Kelly Kaduce comes to the Canadian Opera Company full of the passion needed to portray one of Puccini's most iconic, and tragic, characters.
What’s she doing with us? This is Kelly's debut with the COC, sharing the title role with Patricia Racette in the COC’s acclaimed production of Madama Butterfly. Like Patricia, she has sung Cio-Cio San in several productions, with Santa Fe Opera, West Australia Opera, and Portland Opera.
Where you might have seen her: On the Canadian front, she recently performed the title role in Rusalka with L’Opera de Montréal, and Kelly is a mainstay in American opera houses. She’s known for performing some of the richest roles in the lyric-soprano repertoire that, in addition to Cio-Cio San, include Mimì in La Bohème, Nedda in Pagliacci, and the title character in Suor Angelica, just to name a few.
She has also sung many world premieres in contemporary American opera, including: Ian Gordon’s The Grapes of Wrath (Minnesota Opera); Bright Sheng's Madame Mao (Santa Fe Opera debut in 2003); and the American premieres of Tan Dun’s Tea: A Mirror of Soul (Santa Fe Opera) and Michael Berkeley’s Jane Eyre (Opera Theatre of Saint Louis). She also sang the title role in the world premiere of the David Carlson opera Anna Karenina in 2007 (Florida Grand Opera and Opera Theatre of Saint Louis), so she’s no stranger to contemporary opera.
Interviews and profiles: Kelly talks about her Cincinnati Opera debut, her career so far, and returning to opera after becoming a mother for the first time.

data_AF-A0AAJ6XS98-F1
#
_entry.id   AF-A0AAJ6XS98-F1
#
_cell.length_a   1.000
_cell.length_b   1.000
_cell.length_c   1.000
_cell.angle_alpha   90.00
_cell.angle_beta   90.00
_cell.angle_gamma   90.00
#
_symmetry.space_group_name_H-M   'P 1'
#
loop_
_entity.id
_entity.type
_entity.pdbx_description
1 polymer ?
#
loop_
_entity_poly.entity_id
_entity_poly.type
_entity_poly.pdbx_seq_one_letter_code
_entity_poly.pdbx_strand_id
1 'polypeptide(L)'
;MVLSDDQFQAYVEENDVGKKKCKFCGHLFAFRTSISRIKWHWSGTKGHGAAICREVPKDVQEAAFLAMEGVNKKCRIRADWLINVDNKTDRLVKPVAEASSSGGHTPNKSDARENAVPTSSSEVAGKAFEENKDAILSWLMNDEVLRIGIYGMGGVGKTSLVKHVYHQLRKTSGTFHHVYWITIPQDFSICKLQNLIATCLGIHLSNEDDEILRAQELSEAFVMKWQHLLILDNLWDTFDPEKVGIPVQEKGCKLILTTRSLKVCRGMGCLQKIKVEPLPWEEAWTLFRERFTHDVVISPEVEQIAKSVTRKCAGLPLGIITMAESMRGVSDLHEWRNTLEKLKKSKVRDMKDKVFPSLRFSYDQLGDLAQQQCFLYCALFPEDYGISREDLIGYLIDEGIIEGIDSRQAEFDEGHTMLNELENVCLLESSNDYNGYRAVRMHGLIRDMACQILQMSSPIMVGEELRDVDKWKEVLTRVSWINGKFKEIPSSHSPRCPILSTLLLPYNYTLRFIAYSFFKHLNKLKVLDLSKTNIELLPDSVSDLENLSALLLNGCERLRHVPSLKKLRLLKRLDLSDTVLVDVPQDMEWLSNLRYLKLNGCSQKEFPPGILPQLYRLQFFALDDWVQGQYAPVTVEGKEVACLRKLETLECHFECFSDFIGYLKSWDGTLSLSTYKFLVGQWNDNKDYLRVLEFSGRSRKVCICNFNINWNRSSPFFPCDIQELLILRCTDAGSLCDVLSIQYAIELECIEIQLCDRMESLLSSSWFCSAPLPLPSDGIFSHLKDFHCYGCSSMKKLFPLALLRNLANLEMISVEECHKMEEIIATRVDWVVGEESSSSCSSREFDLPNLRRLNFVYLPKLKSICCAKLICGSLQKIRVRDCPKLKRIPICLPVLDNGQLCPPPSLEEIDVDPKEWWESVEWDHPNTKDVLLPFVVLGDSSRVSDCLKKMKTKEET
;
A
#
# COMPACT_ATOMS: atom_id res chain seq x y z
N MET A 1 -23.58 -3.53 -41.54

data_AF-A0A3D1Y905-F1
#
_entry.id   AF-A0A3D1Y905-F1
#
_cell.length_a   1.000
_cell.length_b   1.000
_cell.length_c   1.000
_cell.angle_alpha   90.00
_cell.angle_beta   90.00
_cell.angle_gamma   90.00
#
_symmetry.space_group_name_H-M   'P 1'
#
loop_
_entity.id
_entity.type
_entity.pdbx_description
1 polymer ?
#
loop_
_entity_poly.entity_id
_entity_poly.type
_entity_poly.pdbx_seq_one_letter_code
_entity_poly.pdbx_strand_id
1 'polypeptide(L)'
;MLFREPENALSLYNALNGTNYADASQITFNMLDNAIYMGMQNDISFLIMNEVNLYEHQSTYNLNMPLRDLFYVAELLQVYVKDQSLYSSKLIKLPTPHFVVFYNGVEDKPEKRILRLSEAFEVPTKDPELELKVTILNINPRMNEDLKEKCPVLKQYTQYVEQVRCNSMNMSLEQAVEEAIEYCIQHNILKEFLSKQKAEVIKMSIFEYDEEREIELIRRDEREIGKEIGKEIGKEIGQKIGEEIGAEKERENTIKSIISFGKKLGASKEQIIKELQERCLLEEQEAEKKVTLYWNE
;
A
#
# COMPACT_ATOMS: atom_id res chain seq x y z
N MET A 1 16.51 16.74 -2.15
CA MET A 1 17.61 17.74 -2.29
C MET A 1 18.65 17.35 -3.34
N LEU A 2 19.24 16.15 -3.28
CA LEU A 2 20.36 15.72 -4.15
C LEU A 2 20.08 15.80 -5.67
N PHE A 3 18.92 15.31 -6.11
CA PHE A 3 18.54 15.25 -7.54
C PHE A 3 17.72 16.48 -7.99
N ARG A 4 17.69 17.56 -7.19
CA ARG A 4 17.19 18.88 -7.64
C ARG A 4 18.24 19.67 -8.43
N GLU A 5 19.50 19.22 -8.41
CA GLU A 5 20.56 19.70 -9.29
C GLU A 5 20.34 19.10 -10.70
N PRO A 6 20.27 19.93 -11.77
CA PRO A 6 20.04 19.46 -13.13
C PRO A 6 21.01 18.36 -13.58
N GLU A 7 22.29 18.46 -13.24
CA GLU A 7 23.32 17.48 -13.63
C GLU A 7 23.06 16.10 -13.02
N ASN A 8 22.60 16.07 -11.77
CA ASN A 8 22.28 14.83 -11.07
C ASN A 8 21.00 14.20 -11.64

Sneak peek: Watch Kelly as Liu in Turandot below with Minnesota Opera.
You can follow Kelly Kaduce on Twitter, through her official fan page on Facebook and on her website.
Photos: (top) Kelly Kaduce; Photo by Devon Cass.
Posted by Meighan Szigeti / in Madama Butterfly / comments (1) / permalink
This fall, two singers make their Canadian Opera Company debuts in the role of a teenage girl whose passion, heartbreak and sorrow requires the power and emotions of a rich soprano. Singing six of these performances is a woman who has built her career upon this role and made it her own: Patricia Racette!
What she's doing with us: American soprano Patricia Racette makes her COC debut as the tragic Cio-Cio San in one of the best-loved operas of all time, Puccini's Madama Butterfly.
Where you might have seen her: Patricia has performed at many of the world's great opera houses including Covent Garden; English National Opera; Teatro alla Scala, Opéra national de Paris, Wiener Staatsoper and Gran Teatre del Liceu, and you might have seen her in the Met HD broadcast of Anthony Minghella's Madama Butterfly in 2009.
In addition to regular appearances with the Metropolitan Opera, she frequently performs with the San Francisco Opera, the company that helped launch her career. Patricia recently saved the day for San Francisco Opera's world premiere of Dolores Claiborne when she stepped into the title role at the very last minute after the original singer left the production.
After singing Cio-Cio San with the COC, she takes the role to Bueños Aires for her debut with Teatro Colón.
Interviews and profiles: She earned rave reviews for a recent San Francisco Opera Butterfly production; chats with Curve Magazine about Madama Butterfly and her decision to publicly come out as a lesbian; and talks to the Wall Street Journal and Contra Costa Times about performing Dolores Claiborne on very short notice.